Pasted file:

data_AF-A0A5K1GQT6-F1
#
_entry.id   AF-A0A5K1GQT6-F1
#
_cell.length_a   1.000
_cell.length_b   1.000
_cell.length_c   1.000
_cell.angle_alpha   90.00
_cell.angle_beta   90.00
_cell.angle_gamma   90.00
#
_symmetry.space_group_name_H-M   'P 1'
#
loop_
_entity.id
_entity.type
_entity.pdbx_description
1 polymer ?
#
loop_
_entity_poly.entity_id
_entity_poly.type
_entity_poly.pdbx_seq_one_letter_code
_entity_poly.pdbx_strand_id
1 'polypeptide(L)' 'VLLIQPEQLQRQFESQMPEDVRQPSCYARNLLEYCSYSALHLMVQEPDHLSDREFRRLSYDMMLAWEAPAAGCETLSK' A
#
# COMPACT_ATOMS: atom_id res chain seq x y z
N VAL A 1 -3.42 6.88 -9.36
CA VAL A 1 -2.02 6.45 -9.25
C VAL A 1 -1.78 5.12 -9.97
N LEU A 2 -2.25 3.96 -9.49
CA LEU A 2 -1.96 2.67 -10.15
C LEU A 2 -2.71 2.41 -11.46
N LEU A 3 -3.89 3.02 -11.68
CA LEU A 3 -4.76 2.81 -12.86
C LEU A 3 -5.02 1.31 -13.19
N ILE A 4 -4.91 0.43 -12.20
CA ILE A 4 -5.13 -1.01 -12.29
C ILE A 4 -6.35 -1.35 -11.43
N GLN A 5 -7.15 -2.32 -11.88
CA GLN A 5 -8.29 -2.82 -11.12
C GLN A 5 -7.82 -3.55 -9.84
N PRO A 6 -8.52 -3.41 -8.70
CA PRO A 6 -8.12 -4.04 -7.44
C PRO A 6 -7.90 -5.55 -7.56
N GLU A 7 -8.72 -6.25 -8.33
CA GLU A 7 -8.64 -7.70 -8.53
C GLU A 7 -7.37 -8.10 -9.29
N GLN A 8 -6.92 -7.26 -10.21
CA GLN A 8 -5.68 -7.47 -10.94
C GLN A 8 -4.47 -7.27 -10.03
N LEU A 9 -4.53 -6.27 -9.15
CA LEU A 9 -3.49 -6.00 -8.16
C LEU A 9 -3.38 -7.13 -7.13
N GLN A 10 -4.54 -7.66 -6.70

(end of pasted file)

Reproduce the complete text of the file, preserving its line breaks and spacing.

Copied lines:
data_AF-A0A5K1GQT6-F1
#
_entry.id   AF-A0A5K1GQT6-F1
#
_cell.length_a   1.000
_cell.length_b   1.000
_cell.length_c   1.000
_cell.angle_alpha   90.00
_cell.angle_beta   90.00
_cell.angle_gamma   90.00
#
_symmetry.space_group_name_H-M   'P 1'
#
loop_
_entity.id
_entity.type
_entity.pdbx_description
1 polymer ?
#
loop_
_entity_poly.entity_id
_entity_poly.type
_entity_poly.pdbx_seq_one_letter_code
_entity_poly.pdbx_strand_id
1 'polypeptide(L)' 'VLLIQPEQLQRQFESQMPEDVRQPSCYARNLLEYCSYSALHLMVQEPDHLSDREFRRLSYDMMLAWEAPAAGCETLSK' A
#
# COMPACT_ATOMS: atom_id res chain seq x y z
N VAL A 1 -3.42 6.88 -9.36
CA VAL A 1 -2.02 6.45 -9.25
C VAL A 1 -1.78 5.12 -9.97
N LEU A 2 -2.25 3.96 -9.49
CA LEU A 2 -1.96 2.67 -10.15
C LEU A 2 -2.71 2.41 -11.46
N LEU A 3 -3.89 3.02 -11.68
CA LEU A 3 -4.76 2.81 -12.86
C LEU A 3 -5.02 1.31 -13.19
N ILE A 4 -4.91 0.43 -12.20
CA ILE A 4 -5.13 -1.01 -12.29
C ILE A 4 -6.35 -1.35 -11.43
N GLN A 5 -7.15 -2.32 -11.88
CA GLN A 5 -8.29 -2.82 -11.12
C GLN A 5 -7.82 -3.55 -9.84
N PRO A 6 -8.52 -3.41 -8.70
CA PRO A 6 -8.12 -4.04 -7.44
C PRO A 6 -7.90 -5.55 -7.56
N GLU A 7 -8.72 -6.25 -8.33
CA GLU A 7 -8.64 -7.70 -8.53
C GLU A 7 -7.37 -8.10 -9.29
N GLN A 8 -6.92 -7.26 -10.21
CA GLN A 8 -5.68 -7.47 -10.94
C GLN A 8 -4.47 -7.27 -10.03
N LEU A 9 -4.53 -6.27 -9.15
CA LEU A 9 -3.49 -6.00 -8.16
C LEU A 9 -3.38 -7.13 -7.13
N GLN A 10 -4.54 -7.66 -6.70